‘Meant to be in the Air Force’
When talking to Bye about her military service, it is very clear that this 29-year-old pilot from North Carolina is all in for the US Air Force, but her first choice, which was inspired by her grandfather’s service in World War II, was actually the Navy.
“I wanted to fly an F-14 Tomcat, and I wanted to take from of a carrier,” she said, recalling learning about the jet from a recruiter. “It is a very classic, like ‘Top Gun’-type pipe dream, but that’s what originally got me started wanting to fly.”
Aside from the fact the Navy stopped flying Tomcats, swapping them out for Hornets, there was another problem. “The Navy did not want me,” Bye said. “It turned out I wasn’t meant to be in the Navy. I was meant to be in the Air Force.”
Bye commissioned into the Air Force in 2015 straight out of the United States Air Force Academy, where she first flew.
The first aircraft she flew was a small Cirrus SR22, but “flying did not come natural,” Bye said, explaining that although the program offered cadets the opportunity to fly solo, she “did not show the skill required” to do so during that program.
Her first ever solo flight was in a DA20 in Colorado during Air Force pilot training, and the experience, she said, “was so much fun.”
“It was so cool to be in the Rockies and getting to fly around by myself. It was so surreal and gave me so much confidence,” she said. “It is so funny saying that now because I fly solo every day, but back then, when I hadn’t done it before, it was just, I don’t know, my adrenaline had never been higher in my life.”
Bye’s interest in the A-10 began when she was a student at the United States Air Force Academy Preparatory School, where she first learned about this “awesome” jet “that was just like a tank killer.” Later, at the academy, a professor who had worked as an engineer at Edwards Air Force Base in California when the aircraft was first going through testing furthered that interest.
But what really sold her on the jet was a mentor, now a senior leader at Moody who flew and still flies the A-10 today. “He told me so many war stories,” she said. “And the ones that stuck out to me were when he got to talk with the guys on the ground that he helped protect.”
“The rush of emotions I felt listening to him, I was just like ‘Yep, that is what I want to do,'” Bye said. “Like shooting the gun is cool, but supporting the men and women on the ground who are in a lot more of harm’s way than I am, that was how I wanted to serve.”
“As a cocky cadet, I was just like, ‘Yeah, I want to go fast. I want to blow things up.’ But that was really when I found what I wanted my career to be, just serving the men and women on the ground,” she said.
The A-10 was first introduced in the 1970s and is the first Air Force plane that was specifically built for close-air support missions and engaging ground targets, including tanks and other armored vehicles. In conflicts, the A-10 has been a saving grace for troops on the ground.
Bye said that she still gets excited about dropping weapons, firing the plane’s powerful cannon, and flying, even if she sometimes wishes her slower-moving close-air support plane could fly a little bit faster, but that essential support mission is “absolutely” what she loves most about the jet.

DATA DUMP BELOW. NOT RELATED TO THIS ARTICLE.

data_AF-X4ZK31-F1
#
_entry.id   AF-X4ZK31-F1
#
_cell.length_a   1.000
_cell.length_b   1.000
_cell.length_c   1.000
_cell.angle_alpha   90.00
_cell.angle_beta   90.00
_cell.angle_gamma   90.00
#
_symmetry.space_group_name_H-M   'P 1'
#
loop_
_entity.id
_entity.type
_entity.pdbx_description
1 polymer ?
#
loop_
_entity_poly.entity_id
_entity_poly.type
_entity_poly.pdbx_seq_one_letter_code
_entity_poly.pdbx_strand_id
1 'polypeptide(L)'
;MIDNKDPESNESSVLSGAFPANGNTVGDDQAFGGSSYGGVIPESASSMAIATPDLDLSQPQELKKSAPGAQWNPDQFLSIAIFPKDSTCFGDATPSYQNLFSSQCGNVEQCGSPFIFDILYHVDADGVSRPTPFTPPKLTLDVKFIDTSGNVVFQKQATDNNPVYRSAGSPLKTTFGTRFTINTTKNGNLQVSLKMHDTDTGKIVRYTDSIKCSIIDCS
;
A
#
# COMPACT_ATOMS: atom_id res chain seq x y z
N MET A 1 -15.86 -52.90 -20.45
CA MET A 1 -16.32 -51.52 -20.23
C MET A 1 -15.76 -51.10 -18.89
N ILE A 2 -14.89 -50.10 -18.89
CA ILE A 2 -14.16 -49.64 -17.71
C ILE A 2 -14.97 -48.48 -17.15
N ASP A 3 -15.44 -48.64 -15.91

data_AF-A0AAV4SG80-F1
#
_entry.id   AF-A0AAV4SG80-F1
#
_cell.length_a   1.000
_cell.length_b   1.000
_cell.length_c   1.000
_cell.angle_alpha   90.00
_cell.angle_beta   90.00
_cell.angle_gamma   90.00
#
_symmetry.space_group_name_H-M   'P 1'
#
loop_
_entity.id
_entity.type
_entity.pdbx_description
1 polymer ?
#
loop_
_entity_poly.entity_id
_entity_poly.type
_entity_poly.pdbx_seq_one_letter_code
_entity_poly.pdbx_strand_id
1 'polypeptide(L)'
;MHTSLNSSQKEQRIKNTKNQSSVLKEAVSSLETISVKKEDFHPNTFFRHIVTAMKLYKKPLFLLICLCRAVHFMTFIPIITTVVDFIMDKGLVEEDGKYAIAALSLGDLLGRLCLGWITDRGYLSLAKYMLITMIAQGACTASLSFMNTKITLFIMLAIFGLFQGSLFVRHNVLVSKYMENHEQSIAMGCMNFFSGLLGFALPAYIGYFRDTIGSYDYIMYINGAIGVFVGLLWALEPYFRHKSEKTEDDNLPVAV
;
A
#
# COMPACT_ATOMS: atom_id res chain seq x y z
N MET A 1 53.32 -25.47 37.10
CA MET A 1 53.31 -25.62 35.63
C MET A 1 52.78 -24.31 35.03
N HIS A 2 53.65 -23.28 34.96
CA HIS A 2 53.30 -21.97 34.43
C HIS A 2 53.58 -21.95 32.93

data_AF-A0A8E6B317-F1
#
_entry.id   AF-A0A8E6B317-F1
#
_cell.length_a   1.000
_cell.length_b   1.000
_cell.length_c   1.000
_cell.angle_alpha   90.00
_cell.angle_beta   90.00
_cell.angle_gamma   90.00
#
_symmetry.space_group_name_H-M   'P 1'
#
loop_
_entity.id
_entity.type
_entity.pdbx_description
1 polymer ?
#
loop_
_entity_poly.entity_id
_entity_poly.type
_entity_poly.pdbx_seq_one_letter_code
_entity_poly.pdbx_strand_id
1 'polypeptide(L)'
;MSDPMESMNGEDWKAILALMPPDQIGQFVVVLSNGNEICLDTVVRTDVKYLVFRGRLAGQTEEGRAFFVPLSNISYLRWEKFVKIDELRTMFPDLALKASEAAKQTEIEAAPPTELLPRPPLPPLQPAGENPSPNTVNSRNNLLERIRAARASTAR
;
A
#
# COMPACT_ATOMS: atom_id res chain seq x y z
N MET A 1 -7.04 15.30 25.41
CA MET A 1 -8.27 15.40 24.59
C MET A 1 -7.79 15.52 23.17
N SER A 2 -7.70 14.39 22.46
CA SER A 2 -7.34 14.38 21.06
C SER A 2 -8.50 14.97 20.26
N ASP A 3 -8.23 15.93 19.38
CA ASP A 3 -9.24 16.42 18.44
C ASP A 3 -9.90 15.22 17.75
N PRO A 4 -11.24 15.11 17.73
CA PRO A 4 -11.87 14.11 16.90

‘Can’t imagine flying anything else’
The unfortunate incident in spring 2020 could have easily shaken Bye’s confidence in herself as a pilot, as well as in her jet of choice, but she was back flying a week after the accident.
“When it first happened, I, of course, started Monday night quarterbacking myself, asking: What could I have done better? What did I do wrong? Did I cause it to happen?”
As these questions swirled around, Bye reached out to other pilots in her community who had been through stressful events, and they provided the support and reassurance she needed.
Bye is the only female A-10 pilot in her squadron, but, she explained, “it is not very often that I actually think about the fact that I’m the only woman. I’ve been incredibly blessed with the people that I work with, and I never feel isolated.”
Talking about when she first got back into a plane after the incident, Bye said, “I was nervous in the sense of like, I did not want that to happen again, but it also built my confidence so much.”
“I was like, ‘Bring it on. If I can land gear up, I can handle whatever this flight is going to bring,'” she said. “I’m not saying I wasn’t nervous. I definitely was nervous, but it wasn’t enough to keep me out of the cockpit.”
She also said that the unusual incident gave her added confidence in the A-10, a tough jet built to take a beating.
“That situation actually just showed me how reliable the jet is,” Bye said, explaining, “Yes, something went wrong, but it was still reliable. The jet was put together well enough that I was able to land it in the condition it was in. If anything, it gave me more confidence in the jet.”
She said that she still loves the A-10, telling Insider, “I can’t imagine flying anything else.”
In November, Bye flew her mishap A-10, tail No. 995, for the first time since the Air Force maintenance and repair teams finished putting it back together.
Reflecting on her many unique experiences, she said, “I didn’t know that I would love flying, but I love it. I think being a fighter pilot is absolutely the coolest job in the world.”
Read the original article on Business Insider